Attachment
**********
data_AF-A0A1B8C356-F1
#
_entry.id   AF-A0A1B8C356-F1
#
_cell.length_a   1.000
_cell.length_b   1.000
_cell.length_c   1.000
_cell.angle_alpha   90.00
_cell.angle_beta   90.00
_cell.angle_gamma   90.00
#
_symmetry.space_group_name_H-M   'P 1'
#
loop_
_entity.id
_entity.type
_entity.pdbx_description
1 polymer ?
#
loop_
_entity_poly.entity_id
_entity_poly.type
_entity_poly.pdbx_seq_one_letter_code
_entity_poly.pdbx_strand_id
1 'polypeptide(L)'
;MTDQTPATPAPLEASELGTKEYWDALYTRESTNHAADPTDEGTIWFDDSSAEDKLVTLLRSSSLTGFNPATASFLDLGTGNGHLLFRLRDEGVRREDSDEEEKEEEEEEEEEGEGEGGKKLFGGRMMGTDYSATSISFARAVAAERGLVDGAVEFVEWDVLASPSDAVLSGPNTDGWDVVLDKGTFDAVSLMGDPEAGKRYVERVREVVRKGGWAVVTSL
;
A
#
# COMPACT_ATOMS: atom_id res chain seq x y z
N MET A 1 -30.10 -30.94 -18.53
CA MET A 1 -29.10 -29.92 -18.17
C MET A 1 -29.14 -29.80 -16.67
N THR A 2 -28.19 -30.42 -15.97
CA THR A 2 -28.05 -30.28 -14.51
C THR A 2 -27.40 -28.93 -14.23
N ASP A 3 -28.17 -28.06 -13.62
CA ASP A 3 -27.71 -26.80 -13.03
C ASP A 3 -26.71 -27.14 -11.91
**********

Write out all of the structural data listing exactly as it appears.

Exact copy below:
data_AF-A0A1B8C356-F1
#
_entry.id   AF-A0A1B8C356-F1
#
_cell.length_a   1.000
_cell.length_b   1.000
_cell.length_c   1.000
_cell.angle_alpha   90.00
_cell.angle_beta   90.00
_cell.angle_gamma   90.00
#
_symmetry.space_group_name_H-M   'P 1'
#
loop_
_entity.id
_entity.type
_entity.pdbx_description
1 polymer ?
#
loop_
_entity_poly.entity_id
_entity_poly.type
_entity_poly.pdbx_seq_one_letter_code
_entity_poly.pdbx_strand_id
1 'polypeptide(L)'
;MTDQTPATPAPLEASELGTKEYWDALYTRESTNHAADPTDEGTIWFDDSSAEDKLVTLLRSSSLTGFNPATASFLDLGTGNGHLLFRLRDEGVRREDSDEEEKEEEEEEEEEGEGEGGKKLFGGRMMGTDYSATSISFARAVAAERGLVDGAVEFVEWDVLASPSDAVLSGPNTDGWDVVLDKGTFDAVSLMGDPEAGKRYVERVREVVRKGGWAVVTSL
;
A
#
# COMPACT_ATOMS: atom_id res chain seq x y z
N MET A 1 -30.10 -30.94 -18.53
CA MET A 1 -29.10 -29.92 -18.17
C MET A 1 -29.14 -29.80 -16.67
N THR A 2 -28.19 -30.42 -15.97
CA THR A 2 -28.05 -30.28 -14.51
C THR A 2 -27.40 -28.93 -14.23
N ASP A 3 -28.17 -28.06 -13.62
CA ASP A 3 -27.71 -26.80 -13.03
C ASP A 3 -26.71 -27.14 -11.91